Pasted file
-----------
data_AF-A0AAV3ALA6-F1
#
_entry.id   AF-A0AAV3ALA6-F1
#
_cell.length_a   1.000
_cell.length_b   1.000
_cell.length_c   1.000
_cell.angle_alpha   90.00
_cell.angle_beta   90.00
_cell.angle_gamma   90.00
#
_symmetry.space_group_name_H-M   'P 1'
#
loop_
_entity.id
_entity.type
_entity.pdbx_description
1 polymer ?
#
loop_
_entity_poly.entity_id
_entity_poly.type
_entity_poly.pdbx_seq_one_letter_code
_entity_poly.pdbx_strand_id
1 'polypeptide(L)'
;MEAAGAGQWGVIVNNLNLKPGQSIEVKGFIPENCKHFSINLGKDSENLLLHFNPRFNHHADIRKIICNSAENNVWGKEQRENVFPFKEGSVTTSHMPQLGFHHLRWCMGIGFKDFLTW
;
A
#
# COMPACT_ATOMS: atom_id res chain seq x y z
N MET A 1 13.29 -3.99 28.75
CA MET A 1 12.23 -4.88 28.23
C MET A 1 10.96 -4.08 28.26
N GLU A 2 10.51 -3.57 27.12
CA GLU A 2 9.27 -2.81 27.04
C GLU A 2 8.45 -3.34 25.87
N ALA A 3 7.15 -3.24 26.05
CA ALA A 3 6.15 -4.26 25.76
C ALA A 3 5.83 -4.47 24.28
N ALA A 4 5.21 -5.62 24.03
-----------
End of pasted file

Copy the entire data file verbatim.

data_AF-A0AAV3ALA6-F1
#
_entry.id   AF-A0AAV3ALA6-F1
#
_cell.length_a   1.000
_cell.length_b   1.000
_cell.length_c   1.000
_cell.angle_alpha   90.00
_cell.angle_beta   90.00
_cell.angle_gamma   90.00
#
_symmetry.space_group_name_H-M   'P 1'
#
loop_
_entity.id
_entity.type
_entity.pdbx_description
1 polymer ?
#
loop_
_entity_poly.entity_id
_entity_poly.type
_entity_poly.pdbx_seq_one_letter_code
_entity_poly.pdbx_strand_id
1 'polypeptide(L)'
;MEAAGAGQWGVIVNNLNLKPGQSIEVKGFIPENCKHFSINLGKDSENLLLHFNPRFNHHADIRKIICNSAENNVWGKEQRENVFPFKEGSVTTSHMPQLGFHHLRWCMGIGFKDFLTW
;
A
#
# COMPACT_ATOMS: atom_id res chain seq x y z
N MET A 1 13.29 -3.99 28.75
CA MET A 1 12.23 -4.88 28.23
C MET A 1 10.96 -4.08 28.26
N GLU A 2 10.51 -3.57 27.12
CA GLU A 2 9.27 -2.81 27.04
C GLU A 2 8.45 -3.34 25.87
N ALA A 3 7.15 -3.24 26.05
CA ALA A 3 6.15 -4.26 25.76
C ALA A 3 5.83 -4.47 24.28
N ALA A 4 5.21 -5.62 24.03